Tribune Emerges From Bankruptcy

Liguori Expected To Be Named CEO

Media giant Tribune Co., parent to several major newspapers, television stations and the WGN America cable network, emerged from bankruptcy protection on Monday and is expected to name long-time cable executive Peter Liguori as its new CEO in the coming weeks.

Tribune is parent to eight daily newspapers across the country including the Los Angeles Times and Chicago Tribune,  23 television stations, the WGN America cable channel and has a one-third interest in The Food Network.

The company filed for Chapter 11 bankruptcy protection in 2008 after a buyout from real estate magnate Sam Zell burdened it with nearly $13 billion in debt just as the print advertising business fell into decline. Earlier this year a group of creditors headed by private equity fund Oaktree Capital Management gained control of the company in a deal which valued Tribune at about $4.5 billion.

Liguori, who had been a top executive at News Corp. and most recently served as chief operating officer of Discovery Communications, is expected to take the helm of the reorganized media giant in the next several weeks.  

The company is currently headed by CEO Eddy Hartenstein, himself the former CEO of satellite TV giant DirecTV.

While Tribune’s new owners are expected to sell off assets like the newspapers and its Food Network stake – which some analysts have valued at between $1.5 billion and $1.8 billion and is a likely target of Scripps Networks Interactive which owns the other two-thirds of the channel – Liguori is expected to try to build the television side of the business.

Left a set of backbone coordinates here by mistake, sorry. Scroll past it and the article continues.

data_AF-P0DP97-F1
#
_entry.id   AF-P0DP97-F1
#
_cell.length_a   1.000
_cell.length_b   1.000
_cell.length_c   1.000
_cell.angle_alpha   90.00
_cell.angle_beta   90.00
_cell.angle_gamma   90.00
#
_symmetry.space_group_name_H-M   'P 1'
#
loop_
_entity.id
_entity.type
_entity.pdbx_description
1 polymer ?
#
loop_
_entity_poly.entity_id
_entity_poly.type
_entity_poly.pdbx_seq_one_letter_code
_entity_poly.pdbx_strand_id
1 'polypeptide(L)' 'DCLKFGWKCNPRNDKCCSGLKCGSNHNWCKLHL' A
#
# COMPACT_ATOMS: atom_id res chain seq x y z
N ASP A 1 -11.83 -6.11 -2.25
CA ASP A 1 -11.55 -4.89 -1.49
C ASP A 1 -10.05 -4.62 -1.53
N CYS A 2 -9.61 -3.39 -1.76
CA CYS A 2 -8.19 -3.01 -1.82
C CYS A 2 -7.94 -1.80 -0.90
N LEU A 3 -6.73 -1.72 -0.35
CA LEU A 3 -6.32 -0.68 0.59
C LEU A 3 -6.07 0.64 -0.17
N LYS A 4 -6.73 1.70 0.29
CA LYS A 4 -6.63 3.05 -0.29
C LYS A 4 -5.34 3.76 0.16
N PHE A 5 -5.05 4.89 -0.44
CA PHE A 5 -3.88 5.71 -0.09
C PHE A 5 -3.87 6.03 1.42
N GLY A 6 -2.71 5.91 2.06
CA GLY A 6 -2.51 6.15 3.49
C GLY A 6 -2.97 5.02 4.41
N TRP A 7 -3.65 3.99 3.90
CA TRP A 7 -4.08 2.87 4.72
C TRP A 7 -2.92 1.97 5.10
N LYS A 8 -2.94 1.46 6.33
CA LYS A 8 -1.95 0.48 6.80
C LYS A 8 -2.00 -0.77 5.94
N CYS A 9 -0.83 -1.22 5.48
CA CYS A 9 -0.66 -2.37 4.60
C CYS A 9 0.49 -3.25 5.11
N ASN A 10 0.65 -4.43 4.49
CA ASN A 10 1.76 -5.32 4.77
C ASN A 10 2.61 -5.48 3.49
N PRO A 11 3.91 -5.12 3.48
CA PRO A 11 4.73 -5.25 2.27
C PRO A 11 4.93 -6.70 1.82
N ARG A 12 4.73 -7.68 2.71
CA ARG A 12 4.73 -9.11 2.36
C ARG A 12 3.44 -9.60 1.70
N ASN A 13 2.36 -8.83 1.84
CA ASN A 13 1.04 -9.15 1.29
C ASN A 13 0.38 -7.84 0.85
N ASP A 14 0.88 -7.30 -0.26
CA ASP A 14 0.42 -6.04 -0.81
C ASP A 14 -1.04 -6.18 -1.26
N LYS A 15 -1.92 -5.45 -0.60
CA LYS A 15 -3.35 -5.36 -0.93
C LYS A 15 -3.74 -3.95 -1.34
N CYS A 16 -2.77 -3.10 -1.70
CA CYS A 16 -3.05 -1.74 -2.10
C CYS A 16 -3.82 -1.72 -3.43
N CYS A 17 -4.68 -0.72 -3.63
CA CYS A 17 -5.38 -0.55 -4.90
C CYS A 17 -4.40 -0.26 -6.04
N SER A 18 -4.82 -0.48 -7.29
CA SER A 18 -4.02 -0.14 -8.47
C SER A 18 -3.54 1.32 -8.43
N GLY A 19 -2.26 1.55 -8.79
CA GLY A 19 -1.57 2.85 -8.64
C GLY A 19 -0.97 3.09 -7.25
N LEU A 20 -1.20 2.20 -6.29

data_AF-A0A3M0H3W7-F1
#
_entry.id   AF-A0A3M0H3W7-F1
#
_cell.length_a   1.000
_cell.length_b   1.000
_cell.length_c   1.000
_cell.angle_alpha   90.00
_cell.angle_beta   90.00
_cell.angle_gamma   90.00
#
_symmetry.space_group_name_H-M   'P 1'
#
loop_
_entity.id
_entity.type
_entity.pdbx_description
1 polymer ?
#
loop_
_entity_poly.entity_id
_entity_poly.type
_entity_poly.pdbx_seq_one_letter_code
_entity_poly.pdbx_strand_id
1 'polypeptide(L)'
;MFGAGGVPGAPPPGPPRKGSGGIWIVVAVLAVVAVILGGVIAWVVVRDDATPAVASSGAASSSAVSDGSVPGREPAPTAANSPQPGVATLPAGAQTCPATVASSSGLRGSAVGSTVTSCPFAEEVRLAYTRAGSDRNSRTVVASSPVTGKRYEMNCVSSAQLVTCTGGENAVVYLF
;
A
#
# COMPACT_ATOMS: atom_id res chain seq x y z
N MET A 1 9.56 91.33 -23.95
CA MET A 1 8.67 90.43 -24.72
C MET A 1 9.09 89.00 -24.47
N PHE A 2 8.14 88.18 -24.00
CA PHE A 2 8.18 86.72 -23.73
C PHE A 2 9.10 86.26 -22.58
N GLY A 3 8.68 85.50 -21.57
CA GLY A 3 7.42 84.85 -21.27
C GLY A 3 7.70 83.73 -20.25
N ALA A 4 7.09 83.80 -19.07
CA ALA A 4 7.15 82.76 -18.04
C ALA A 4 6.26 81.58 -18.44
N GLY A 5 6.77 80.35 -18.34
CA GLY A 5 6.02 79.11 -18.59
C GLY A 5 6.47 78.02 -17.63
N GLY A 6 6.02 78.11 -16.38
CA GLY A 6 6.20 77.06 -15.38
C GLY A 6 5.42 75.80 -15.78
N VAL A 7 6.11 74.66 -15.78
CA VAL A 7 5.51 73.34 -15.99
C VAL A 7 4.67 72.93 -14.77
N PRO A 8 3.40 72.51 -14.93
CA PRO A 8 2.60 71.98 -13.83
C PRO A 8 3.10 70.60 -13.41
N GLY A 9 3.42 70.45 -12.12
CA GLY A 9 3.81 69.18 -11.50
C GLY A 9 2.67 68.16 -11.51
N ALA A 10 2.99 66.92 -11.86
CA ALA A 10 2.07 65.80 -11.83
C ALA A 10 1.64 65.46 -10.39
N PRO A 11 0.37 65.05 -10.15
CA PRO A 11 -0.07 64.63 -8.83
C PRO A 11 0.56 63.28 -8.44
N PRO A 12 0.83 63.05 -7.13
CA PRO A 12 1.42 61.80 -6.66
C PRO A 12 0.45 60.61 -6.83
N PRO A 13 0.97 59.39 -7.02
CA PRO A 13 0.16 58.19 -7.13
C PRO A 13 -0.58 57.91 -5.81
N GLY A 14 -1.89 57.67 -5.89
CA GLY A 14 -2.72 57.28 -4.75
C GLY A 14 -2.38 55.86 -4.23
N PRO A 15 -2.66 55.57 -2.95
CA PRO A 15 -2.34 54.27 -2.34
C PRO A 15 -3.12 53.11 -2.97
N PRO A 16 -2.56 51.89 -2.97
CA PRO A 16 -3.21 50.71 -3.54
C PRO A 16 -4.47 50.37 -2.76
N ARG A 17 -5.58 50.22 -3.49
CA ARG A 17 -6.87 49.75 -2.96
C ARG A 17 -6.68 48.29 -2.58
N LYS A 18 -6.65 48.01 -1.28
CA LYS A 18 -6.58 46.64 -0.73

“Tribune emerges from the bankruptcy process as a multi-media company with a great mix of profitable assets, strong brands in major markets and a much-improved capital structure,” Hartenstein said in a statement. “The company’s greatest asset, however, is its employees who, individually and collectively, have remained focused on serving our viewers, readers, advertisers and communities with a single-minded sense of purpose and dedication. I want to thank all our employees for their talent and effort throughout this four-year process.”

In connection with emergence, Tribune closed on a new $1.1 billion senior secured term loan and a new $300 million asset based revolving credit facility. The term loan will be used to fund certain required payments under the plan of reorganization, and the revolving credit facility will be used to fund ongoing operations.

“In accordance with our restructuring plan, Tribune’s subsidiary creditors and vendors are receiving payment in full—100% recovery of what they are owed,” Hartenstein said. “These long-term relationships are very important to the company and we are pleased to have successfully resolved these obligations.”

Tribunes new board includes Oaktree president Bruce Karsh and managing director Ken Liang, Liguori, Hartenstein and several well-known  entertainment industry executives such as former Walt Disney Co. strategy chief Peter Murphy, former Yahoo Inc. head of global media Ross Levinsohn, and entertainment attorney Craig A. Jacobson,

Tribune’s new board of directors will convene its first meeting in the next several weeks, at which time it will define the roles of its members, its committee structure, and designate and ratify the company’s executive officers. Hartenstein will remain in his current role as CEO until that time.